n early 1844, when Carlyle determined on the expedient of editing Cromwell's letters and speeches and abandoned his attempt to write a history, he persisted in his intention of making Oliver Cromwell's Letters and Speeches a rewriting of The French Revolution in which revolution would recover rather than destroy authority. In The French Revolution, the narrative of increasing anarchy undermined the narrative in which the revolutionaries were striving to create a new social order by writing a constitution; in Oliver Cromwell's Letters and Speeches, Carlyle attempted, without success, to make the narrative in which Cromwell produces order dominate the narrative of increasing anarchy. The Letters and Speeches also persists with the dual purpose of rehabilitating Cromwell's reputation and bringing him back to life to reform nineteenth-century England; yet, while an edition of letters and speeches did succeed in altering the public's perception of Cromwell, it worked against the aim of bringing him back to life (see Frith, I:xxxiii; Abbott, 173-74). The Cromwell whose reputation Carlyle restored remained the Cromwell of the past.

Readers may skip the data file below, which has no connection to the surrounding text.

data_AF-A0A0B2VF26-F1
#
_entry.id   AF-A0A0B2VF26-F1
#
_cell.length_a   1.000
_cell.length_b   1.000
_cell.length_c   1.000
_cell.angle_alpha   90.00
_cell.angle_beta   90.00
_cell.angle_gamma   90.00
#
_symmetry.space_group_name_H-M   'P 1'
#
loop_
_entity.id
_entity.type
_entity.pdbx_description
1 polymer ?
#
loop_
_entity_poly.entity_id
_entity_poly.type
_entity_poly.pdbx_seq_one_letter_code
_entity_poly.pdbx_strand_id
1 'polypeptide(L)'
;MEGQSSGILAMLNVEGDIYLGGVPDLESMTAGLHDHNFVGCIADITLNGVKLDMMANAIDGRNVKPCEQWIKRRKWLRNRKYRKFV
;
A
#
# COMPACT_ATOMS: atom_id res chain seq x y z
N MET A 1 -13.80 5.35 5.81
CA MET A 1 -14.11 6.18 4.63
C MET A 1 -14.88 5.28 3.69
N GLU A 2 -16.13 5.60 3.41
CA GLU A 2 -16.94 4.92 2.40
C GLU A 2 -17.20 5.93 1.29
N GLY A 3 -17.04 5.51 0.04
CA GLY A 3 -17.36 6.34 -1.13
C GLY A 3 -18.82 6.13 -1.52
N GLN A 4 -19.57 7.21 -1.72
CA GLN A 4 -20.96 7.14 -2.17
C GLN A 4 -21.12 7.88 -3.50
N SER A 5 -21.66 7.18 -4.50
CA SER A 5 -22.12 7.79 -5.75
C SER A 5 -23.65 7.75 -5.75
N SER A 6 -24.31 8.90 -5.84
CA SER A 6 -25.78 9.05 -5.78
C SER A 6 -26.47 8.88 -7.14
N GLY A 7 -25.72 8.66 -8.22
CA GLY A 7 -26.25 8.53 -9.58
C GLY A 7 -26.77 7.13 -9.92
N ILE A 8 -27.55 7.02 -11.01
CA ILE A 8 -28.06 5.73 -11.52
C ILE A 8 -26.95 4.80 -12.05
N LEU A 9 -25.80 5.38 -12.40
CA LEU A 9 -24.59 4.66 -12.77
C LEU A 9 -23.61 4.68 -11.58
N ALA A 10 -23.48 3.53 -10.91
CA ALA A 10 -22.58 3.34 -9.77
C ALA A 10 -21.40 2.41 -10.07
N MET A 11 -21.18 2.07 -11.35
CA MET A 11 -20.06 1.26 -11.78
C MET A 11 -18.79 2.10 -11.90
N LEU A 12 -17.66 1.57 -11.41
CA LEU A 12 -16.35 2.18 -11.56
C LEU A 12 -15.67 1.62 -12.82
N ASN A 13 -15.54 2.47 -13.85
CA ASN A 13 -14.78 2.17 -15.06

The idea that the Puritans had sought to create a theocratic idyll dominated Carlyle's conception of the Puritan revolution from the beginning of his studies. Whereas the French Revolution had been the unleashing of anarchic forces that destroy the law, the Puritan revolution was the "attempt to bring the Divine Law of the Bible into actual practice in men's affairs on the Earth" (OCLS, 2: 169). "The Theocracy which John Knox in his pulpit might dream of as a 'devout imagination,"' Carlyle wrote in On Heroes and Hero-Worship, Cromwell "dared to consider as capable of being reallsed" (226). The French Revolution was led by atheists who sought to establish democracy according to the gospel of Jean-Jacques Rousseau; the Puritan revolution was led by believers who sought to create a theocracy according to the gospel of Jesus Christ (OCLS, 1: 266). The Puritans sought the ideal union of church and state, making the polity an "emblem" of the transcendental, so "That England should all become a Church" (1:82). Or, as he put it in one manuscript, "Church and State are Theory and Practice. Church is our Theorem of the invisible Eternity, wherein all that we name world in our earthly dialects, all from royal mantles to tinkers' aprons, seems but as an emblematic shadow" (HS, 275-76; see also OCLS, 1:81-82, 3:73-74, 308). [117/118]